Utilization refers to what people do with the communications they receive. For example, if the communicator asks a question, listeners retrieve information from LTM to answer it. In a classroom, students link the communication with related information in LTM.
To use sentences properly, as speakers intend them, listeners must encode three pieces of information: speech act, propositional content, and thematic content. A speech act is the speaker’s purpose in uttering the communication, or what the speaker is trying to accomplish with the utterance (Austin, 1962; Searle, 1969). Speakers may be conveying information to listeners, commanding them to do something, requesting information from them, promising them something, and so on. Propositional content is information that can be judged true or false. Thematic content refers to the context in which the utterance is made. Speakers make assumptions about what listeners know. On hearing an utterance, listeners infer information not explicitly stated but germane to how it is used. The speech act and propositional and thematic contents are most likely encoded with productions.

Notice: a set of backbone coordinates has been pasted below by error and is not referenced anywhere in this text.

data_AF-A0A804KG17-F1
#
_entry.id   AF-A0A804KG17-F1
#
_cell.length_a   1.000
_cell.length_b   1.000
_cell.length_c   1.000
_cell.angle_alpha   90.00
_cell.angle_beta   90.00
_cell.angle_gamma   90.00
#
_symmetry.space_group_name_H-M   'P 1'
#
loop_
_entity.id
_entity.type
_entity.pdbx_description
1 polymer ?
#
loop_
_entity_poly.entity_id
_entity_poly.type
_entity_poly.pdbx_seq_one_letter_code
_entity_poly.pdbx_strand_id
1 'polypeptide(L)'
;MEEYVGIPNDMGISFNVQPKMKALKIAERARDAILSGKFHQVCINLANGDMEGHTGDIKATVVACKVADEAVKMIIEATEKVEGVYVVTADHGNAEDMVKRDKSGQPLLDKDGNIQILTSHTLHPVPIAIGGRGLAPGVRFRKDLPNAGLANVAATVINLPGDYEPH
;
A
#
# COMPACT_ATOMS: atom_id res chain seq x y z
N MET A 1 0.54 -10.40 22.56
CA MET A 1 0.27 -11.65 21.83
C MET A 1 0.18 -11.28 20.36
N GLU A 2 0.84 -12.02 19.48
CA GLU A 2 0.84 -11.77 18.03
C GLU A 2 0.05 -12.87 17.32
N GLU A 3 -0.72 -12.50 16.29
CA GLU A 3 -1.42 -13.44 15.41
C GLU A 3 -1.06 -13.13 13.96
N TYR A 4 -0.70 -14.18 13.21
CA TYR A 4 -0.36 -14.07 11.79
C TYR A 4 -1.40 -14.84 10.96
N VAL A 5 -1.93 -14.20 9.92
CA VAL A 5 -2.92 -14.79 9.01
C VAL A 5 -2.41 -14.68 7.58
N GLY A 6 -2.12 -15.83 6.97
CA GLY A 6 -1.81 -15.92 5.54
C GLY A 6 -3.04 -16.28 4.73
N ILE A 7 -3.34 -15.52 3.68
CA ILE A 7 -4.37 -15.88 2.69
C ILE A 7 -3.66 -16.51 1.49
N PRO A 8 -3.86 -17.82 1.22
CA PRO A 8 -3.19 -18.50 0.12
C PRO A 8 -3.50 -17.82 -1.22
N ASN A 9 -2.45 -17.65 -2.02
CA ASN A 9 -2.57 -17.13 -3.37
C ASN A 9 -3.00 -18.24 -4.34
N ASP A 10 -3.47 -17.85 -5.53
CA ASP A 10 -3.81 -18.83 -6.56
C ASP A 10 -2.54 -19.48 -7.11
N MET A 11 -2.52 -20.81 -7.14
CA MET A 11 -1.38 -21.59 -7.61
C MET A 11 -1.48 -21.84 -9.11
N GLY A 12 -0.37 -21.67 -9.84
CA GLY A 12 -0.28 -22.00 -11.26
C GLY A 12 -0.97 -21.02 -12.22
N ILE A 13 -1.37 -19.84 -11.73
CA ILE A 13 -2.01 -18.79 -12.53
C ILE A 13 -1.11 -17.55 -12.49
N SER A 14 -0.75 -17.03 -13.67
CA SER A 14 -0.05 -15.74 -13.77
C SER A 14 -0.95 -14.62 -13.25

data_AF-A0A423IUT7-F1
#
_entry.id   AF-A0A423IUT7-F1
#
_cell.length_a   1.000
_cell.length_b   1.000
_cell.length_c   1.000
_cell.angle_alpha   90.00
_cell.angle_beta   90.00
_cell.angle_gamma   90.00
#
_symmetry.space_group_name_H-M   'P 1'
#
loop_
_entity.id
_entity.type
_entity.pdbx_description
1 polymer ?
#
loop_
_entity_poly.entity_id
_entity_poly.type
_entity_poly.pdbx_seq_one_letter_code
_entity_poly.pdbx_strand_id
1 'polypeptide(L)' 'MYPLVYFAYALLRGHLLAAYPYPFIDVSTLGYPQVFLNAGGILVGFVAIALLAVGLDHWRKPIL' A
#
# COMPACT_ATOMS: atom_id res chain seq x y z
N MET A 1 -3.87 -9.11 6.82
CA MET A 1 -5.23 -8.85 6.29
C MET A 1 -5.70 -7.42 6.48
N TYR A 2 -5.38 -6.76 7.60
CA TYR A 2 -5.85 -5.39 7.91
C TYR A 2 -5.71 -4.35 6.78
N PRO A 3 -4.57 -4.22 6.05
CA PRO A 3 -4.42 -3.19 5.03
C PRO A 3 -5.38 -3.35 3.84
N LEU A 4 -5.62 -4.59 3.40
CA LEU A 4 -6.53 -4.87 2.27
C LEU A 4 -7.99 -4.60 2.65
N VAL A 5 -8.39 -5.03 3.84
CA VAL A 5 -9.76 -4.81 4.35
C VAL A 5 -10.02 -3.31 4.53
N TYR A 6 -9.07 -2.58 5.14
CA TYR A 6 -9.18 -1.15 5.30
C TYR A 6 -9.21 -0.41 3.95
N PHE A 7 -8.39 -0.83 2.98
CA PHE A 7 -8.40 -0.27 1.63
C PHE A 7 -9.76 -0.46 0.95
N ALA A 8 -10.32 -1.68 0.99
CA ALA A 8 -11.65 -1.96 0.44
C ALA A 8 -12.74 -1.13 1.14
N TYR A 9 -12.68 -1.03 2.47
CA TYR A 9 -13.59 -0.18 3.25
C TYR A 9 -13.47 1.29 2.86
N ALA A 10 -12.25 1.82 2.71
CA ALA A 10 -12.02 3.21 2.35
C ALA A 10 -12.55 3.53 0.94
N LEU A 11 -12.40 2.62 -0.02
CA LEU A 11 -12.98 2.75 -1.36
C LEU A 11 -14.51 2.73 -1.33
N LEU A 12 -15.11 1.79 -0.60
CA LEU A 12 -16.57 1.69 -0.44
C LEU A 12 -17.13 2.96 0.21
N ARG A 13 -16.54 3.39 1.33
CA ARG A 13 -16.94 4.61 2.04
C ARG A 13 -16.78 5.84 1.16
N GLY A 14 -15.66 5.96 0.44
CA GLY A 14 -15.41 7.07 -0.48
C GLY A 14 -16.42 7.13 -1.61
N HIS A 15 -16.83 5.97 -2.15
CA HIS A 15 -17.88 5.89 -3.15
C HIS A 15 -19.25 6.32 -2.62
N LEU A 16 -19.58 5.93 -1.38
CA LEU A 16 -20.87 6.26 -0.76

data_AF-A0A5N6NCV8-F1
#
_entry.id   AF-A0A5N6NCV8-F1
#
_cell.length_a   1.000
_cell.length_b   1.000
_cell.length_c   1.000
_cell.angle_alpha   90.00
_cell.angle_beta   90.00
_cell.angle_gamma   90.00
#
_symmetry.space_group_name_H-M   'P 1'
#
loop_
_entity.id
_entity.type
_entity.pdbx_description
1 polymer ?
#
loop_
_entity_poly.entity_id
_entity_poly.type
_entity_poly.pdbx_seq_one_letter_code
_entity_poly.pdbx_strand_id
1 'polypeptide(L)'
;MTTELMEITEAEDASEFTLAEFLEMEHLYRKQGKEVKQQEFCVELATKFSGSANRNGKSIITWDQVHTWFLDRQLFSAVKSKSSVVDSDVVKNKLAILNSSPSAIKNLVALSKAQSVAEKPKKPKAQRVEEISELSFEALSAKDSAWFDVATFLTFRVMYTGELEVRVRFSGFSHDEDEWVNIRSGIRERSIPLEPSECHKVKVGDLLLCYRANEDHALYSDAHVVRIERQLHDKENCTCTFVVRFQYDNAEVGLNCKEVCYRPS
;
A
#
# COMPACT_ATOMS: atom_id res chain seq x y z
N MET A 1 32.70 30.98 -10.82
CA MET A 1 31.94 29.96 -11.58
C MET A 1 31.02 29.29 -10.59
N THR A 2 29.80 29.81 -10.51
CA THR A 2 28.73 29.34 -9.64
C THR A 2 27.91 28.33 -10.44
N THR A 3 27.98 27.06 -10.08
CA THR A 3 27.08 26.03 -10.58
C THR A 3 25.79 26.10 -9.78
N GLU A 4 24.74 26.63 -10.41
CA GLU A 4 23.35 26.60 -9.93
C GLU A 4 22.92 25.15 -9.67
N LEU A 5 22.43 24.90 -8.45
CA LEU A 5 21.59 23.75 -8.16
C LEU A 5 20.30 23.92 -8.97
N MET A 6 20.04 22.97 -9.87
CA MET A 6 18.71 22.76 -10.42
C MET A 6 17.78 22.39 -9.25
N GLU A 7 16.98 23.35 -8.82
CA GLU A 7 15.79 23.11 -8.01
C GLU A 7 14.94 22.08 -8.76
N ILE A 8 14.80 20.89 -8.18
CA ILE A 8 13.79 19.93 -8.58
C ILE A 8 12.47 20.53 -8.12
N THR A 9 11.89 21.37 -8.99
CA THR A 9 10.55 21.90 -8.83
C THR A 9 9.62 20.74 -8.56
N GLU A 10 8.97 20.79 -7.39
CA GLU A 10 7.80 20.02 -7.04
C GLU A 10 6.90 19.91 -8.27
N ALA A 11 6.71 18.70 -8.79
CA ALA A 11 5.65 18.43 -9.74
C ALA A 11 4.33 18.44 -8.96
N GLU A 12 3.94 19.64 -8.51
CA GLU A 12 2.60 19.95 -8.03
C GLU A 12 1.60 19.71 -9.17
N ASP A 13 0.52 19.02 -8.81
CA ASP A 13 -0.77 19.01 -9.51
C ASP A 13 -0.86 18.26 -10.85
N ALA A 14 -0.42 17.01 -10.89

As an example of this process, assume that Ms. Gravitas is discussing history and questioning students about text material. She might ask, “What was Churchill’s position during World War II?” The speech act is a request and is signaled by the sentence beginning with a WH word (e.g., who, which, where, when, and why). The propositional content refers to Churchill’s position during World War II; it might be represented in memory as follows: Churchill–Prime Minister–Great Britain–World War II. The thematic content refers to what the teacher left unsaid; the teacher assumes students have heard of Churchill and World War II. Thematic content also includes the classroom question-and-answer format. The students understand that they will be asked questions.